St Joseph, Model of Heroic Fatherhood
Now when they had departed, behold, an angel of the Lord appeared to Joseph in a dream, saying, “Arise, take the young Child and His mother, flee to Egypt, and stay there until I bring you word; for Herod will seek the young Child to destroy Him.” Gospel of Matthew 2:13
The non-saccharine nature of the Gospel stories is a constant reminder of their veracity. Arguably, it is only their regular retelling from childhood that empties them, for some, of their shock value. No author of a fictitious hagiography would consider the raw facts of Jesus’s life to be in any way decorous for a deity-made-man.
Yet there they are. The facts. Incredible. Inconvenient. Immovable. Christ did spend his first New Year on this earth fleeing into exile in Egypt. Unlike much of the preceding story of the Incarnation, this dramatic episode temporarily draws our attention away from the maternal nature of Mary and towards the paternal nature of Joseph.
In doing so, it highlights another fact that is incredible, immovable yet also inconvenient for many moderns: all men are called to fatherhood.
“All of us, to exist, to become complete, in order to be mature, we need to feel the joy of fatherhood: even those of us who are celibate,” said Pope Francis in his daily homily 26 June 2013.
“Fatherhood is giving life to others, giving life…for us, it is pastoral paternity, spiritual fatherhood, but this is still giving life, this is still becoming fathers.”
The reality, however, is that fewer and fewer men are living out fatherhood than ever before, and fewer and fewer children are experiencing paternity.
A recent report by the Centre for Social Justice think-tank revealed that three million children in the United Kingdom are now growing up predominantly with their mothers. This is often due to unavoidable circumstances deserving of understanding, care and compassion. Such legitimate mitigation, though, cannot diminish the inherent need of a child to have a mum and a dad.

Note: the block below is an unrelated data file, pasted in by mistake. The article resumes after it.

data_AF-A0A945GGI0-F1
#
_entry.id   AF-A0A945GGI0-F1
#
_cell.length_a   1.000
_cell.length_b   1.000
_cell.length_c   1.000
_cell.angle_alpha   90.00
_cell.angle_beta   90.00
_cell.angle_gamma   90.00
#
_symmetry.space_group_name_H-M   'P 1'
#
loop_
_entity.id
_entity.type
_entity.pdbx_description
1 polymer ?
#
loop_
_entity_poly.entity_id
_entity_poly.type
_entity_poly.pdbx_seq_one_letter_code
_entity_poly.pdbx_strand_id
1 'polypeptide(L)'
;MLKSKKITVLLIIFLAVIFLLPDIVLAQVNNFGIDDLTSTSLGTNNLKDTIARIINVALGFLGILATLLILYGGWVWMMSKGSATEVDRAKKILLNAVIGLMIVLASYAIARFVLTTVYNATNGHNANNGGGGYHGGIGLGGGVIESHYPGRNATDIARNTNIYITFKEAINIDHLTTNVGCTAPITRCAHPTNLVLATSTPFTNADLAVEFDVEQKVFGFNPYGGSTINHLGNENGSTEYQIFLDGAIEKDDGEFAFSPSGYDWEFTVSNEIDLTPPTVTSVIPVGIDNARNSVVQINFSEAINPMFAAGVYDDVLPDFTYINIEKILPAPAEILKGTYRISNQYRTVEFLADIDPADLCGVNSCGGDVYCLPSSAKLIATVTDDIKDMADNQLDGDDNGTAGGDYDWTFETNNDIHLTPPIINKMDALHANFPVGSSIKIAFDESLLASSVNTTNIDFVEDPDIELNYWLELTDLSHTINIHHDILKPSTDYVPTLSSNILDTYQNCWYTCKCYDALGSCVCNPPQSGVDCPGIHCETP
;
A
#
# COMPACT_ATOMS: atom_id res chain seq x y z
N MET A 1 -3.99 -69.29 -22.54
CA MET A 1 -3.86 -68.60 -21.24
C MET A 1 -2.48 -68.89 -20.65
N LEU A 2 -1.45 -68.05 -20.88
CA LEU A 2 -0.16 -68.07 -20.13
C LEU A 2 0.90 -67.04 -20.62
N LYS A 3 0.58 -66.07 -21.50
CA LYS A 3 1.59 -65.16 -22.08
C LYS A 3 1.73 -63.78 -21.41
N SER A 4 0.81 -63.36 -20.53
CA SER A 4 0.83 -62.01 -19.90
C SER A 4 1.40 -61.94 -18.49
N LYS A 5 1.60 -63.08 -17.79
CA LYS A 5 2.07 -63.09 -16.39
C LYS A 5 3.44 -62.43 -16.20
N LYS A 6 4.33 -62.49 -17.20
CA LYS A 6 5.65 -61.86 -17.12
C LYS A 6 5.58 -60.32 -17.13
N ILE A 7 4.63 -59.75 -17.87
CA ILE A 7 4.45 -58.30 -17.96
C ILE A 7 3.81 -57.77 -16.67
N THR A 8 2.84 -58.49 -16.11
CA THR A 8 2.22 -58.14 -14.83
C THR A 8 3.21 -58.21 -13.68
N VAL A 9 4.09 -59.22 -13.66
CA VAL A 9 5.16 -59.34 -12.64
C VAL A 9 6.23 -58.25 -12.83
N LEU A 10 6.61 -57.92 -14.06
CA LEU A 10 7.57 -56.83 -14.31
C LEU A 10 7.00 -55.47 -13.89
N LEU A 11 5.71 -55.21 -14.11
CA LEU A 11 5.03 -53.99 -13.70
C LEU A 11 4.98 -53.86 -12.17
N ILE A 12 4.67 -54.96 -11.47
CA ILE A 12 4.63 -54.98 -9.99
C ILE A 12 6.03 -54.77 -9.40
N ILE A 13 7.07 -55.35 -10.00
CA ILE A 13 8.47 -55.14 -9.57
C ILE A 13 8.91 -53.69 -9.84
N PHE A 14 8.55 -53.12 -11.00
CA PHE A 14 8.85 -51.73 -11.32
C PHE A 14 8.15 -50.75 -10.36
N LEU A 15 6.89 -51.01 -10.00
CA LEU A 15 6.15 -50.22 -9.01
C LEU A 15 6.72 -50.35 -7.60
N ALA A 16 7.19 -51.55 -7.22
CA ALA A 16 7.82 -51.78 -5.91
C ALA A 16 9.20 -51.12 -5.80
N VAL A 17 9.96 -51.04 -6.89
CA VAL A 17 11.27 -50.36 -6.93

The absence of fathers in families is clearly linked to higher rates of poverty, youth crime and teenage pregnancy, says the think-tank report. It warns that the UK is experiencing a “tsunami” of family breakdown. In one neighbourhood in the Riverside area of Liverpool, there is no father present in 65 per cent of homes with dependent children.
While the natural fall-out from fatherless families is demonstratively deleterious, the supernatural fall-out is equally baleful.
“For those who have had the experience of an overly authoritarian and inflexible father, or an indifferent, uncaring, or even absent one, it is not easy to calmly think of God as a father or to confidently surrender themselves to him,” observed Pope Benedict XVI during a General Audience in January 2012.
He pointed out that “it isn’t always easy today to speak about fatherhood and, not having adequate role models, it even becomes problematic to imagine God as a father.”
In a recent book entitled Faith of the Fatherless, the American psychologist Paul Vitz attempts to draw a definite link between fatherlessness and atheism. He profiles dozens of prominent atheists, from Dawkins to Nietzsche to Robespierre, finding a clear common denominator as he goes: “In no case do we find a strong, beloved father with a close relationship with his son.”
So what is to be done? As with the sons of Jacob in the Old Testament and, subsequently, the Son of Man in the New Testament, the answer is clear: Ite ad Joseph – Go to Joseph.
It is in Saint Joseph that we find a model of manhood that embodies a heroic paternalism applicable both to those who live out their fatherhood generatively and also to those who pursue their paternity through the priesthood or other forms of apostolic celibacy. Indeed, Joseph himself falls into the latter category.
Joseph is prayerful, noble, loving, hard-working and always docile to the will of God. He adores Our Lady. He sacrifices everything for Christ.
In contemporary society, the generative father who doesn’t imitate Joseph can lapse into a range of behavioural patterns from demitting spiritual leadership in the family to neglecting the well-being of his wife. As the old aphorism recommends, the best gift a father can give his children is to love their mother.
Meanwhile, the spiritual father who does not imitate Joseph’s generosity can easily lapse into self-absorption and self-gratification. The result is an elimination of the fruitful paternalism to which all priests are called by Christ. The clerical state should never become a brotherhood of bachelors, still less a redoubt for those content with a comfortable, middle-class lifestyle.
The Catholic evangelist Matthew James Christoff states that “there will not be a New Evangelisation without the evangelisation of men”. If the forthcoming 2015 Synod on the Family can begin to grapple with that issue it will be doing the Church and wider society a great service indeed. Let us pray to Saint Joseph that it does.